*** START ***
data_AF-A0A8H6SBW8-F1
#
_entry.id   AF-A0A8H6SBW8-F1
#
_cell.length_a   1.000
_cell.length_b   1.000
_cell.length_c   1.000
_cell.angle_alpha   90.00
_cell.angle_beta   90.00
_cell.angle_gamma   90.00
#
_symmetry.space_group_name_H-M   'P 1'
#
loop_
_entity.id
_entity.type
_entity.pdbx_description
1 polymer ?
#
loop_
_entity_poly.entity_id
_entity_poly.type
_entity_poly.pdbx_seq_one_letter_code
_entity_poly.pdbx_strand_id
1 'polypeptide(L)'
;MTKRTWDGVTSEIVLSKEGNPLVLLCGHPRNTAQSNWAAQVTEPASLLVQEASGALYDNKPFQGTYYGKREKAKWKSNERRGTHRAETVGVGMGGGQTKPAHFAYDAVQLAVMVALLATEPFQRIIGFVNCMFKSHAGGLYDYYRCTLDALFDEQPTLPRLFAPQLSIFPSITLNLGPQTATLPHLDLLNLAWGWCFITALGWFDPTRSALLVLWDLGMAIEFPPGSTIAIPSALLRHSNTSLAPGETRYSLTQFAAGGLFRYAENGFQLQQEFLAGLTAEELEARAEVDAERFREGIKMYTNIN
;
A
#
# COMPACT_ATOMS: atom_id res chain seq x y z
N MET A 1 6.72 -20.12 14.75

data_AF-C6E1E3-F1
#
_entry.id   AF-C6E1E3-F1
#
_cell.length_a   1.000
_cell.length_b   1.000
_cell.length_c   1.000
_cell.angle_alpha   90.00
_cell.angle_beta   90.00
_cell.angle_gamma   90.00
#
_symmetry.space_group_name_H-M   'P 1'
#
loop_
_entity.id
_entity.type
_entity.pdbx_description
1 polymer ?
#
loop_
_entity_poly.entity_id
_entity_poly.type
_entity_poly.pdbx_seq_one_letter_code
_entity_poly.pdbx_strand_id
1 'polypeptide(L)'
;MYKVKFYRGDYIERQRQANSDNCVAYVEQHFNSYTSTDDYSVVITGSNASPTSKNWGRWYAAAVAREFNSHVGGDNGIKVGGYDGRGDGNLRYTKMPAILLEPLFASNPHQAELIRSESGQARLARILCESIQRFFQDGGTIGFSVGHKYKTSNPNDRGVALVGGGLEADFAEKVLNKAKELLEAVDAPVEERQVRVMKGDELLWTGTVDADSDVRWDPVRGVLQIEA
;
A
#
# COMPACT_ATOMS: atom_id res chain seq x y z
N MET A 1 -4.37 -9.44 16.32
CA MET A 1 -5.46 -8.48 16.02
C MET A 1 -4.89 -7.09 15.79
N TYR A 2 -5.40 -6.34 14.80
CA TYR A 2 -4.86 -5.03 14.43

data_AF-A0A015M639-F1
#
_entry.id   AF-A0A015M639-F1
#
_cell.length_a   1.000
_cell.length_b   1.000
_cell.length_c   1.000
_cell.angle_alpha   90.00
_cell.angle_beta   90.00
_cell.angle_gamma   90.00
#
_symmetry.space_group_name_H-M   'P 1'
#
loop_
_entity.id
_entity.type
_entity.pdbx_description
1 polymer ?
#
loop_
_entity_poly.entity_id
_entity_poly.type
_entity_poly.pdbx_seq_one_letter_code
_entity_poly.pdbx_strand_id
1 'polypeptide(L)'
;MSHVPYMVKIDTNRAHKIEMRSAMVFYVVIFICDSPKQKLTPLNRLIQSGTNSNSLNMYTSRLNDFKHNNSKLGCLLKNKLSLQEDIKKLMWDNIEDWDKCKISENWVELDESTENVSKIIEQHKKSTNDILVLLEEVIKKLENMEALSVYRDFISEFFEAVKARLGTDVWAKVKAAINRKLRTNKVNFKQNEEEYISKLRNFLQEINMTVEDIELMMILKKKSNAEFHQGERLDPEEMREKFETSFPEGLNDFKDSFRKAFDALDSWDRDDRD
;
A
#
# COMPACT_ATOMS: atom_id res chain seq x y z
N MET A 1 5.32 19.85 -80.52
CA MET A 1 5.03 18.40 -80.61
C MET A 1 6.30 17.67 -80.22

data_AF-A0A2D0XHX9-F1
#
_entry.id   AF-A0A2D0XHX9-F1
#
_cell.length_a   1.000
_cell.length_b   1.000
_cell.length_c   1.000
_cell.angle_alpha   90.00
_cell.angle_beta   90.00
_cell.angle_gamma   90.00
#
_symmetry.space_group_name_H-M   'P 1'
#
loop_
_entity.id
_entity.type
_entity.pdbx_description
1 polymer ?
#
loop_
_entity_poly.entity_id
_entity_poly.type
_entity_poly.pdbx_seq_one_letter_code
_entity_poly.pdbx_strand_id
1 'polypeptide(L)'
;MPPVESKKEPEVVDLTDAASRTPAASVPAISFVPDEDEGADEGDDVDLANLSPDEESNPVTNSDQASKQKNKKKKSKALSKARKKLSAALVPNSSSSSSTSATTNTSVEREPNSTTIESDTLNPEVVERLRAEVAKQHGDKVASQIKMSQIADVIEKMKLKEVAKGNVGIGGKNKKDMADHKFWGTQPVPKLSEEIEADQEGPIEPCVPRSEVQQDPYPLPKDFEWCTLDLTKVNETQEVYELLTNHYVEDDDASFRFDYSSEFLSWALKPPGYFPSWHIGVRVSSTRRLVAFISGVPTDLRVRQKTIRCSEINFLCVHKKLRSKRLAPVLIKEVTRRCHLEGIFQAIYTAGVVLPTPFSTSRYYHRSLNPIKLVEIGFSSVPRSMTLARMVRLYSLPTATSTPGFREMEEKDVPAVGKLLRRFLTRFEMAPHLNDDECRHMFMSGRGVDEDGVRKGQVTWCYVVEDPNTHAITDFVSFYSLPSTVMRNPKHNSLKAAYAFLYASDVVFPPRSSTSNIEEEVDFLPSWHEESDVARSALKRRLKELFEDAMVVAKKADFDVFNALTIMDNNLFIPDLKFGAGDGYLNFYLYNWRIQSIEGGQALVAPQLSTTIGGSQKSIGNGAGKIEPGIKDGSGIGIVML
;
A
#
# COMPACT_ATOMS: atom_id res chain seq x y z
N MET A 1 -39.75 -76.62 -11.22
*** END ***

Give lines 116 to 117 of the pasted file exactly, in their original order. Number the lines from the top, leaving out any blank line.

_entity.pdbx_description
1 polymer ?